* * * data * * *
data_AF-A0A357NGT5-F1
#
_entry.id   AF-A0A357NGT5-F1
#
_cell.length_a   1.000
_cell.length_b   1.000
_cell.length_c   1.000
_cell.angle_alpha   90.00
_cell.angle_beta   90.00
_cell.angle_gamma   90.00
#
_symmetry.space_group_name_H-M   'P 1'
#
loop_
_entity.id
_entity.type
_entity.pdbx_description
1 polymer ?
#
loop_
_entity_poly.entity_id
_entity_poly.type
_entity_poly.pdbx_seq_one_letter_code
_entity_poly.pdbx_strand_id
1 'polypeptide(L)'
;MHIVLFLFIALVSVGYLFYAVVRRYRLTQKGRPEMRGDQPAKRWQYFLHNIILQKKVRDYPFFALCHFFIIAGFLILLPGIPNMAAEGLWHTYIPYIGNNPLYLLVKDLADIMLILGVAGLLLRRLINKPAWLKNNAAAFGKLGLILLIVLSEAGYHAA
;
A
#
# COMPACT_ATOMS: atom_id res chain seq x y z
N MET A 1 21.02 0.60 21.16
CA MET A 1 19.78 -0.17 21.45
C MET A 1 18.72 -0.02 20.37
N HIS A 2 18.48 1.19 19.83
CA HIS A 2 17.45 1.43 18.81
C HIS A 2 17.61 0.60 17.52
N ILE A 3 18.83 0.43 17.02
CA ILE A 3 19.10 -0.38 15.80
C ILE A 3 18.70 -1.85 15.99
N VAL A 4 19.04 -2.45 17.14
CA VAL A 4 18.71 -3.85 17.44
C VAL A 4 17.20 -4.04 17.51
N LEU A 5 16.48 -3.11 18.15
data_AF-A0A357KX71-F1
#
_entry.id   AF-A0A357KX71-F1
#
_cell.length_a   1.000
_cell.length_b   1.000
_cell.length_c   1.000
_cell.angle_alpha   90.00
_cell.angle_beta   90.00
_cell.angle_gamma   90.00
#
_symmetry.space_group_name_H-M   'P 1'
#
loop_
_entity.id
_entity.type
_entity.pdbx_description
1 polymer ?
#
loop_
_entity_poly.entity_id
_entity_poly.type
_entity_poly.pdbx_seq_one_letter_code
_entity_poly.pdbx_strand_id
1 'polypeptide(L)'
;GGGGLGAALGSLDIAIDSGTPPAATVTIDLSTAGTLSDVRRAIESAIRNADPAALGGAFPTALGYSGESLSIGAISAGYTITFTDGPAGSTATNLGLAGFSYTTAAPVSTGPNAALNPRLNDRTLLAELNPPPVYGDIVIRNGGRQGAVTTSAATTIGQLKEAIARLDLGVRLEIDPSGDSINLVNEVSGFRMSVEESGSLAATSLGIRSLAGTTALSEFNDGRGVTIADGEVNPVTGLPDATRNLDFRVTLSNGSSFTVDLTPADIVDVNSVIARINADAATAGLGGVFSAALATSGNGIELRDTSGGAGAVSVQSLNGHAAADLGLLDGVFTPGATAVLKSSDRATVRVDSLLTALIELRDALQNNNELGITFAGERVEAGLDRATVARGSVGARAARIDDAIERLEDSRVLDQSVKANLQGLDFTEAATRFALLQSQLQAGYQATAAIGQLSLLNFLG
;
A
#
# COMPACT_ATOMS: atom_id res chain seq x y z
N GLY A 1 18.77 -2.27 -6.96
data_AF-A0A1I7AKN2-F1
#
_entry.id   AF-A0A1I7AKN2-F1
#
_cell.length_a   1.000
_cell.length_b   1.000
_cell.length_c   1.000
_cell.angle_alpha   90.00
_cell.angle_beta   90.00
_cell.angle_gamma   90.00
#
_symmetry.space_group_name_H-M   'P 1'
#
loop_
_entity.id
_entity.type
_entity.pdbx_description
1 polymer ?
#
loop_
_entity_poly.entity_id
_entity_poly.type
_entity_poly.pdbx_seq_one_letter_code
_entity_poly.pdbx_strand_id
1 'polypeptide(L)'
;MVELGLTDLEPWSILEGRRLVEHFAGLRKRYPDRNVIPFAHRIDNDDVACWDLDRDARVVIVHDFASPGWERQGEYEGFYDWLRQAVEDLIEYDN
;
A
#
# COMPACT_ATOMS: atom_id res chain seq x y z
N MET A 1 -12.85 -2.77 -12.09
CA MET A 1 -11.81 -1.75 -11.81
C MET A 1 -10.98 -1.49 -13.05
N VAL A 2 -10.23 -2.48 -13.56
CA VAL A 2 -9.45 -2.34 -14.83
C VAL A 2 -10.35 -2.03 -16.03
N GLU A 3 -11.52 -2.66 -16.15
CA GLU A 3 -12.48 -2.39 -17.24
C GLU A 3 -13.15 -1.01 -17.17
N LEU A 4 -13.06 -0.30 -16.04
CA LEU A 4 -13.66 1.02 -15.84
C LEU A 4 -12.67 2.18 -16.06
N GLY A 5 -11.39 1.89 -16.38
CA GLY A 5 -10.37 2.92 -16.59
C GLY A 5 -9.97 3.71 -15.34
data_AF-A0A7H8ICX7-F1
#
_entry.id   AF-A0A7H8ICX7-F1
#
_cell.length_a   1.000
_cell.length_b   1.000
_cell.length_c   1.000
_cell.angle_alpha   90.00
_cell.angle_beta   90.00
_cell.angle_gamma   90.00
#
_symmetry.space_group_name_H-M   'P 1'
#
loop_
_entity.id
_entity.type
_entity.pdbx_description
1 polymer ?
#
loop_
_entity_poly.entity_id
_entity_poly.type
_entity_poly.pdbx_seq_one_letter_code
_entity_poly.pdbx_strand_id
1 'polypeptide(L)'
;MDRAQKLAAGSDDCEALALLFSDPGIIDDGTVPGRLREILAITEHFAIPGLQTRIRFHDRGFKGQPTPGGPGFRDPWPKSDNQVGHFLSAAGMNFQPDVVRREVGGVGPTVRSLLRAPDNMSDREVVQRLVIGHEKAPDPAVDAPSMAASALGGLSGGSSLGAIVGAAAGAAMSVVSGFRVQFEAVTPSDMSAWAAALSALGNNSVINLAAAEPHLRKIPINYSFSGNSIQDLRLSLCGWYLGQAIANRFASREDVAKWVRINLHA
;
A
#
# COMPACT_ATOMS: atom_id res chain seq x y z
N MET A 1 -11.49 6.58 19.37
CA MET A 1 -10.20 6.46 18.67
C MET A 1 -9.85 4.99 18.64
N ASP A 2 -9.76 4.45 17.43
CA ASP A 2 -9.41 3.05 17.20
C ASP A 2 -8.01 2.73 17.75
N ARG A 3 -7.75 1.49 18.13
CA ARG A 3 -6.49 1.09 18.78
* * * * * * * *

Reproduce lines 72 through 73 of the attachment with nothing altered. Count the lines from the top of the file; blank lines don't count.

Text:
#
# COMPACT_ATOMS: atom_id res chain seq x y z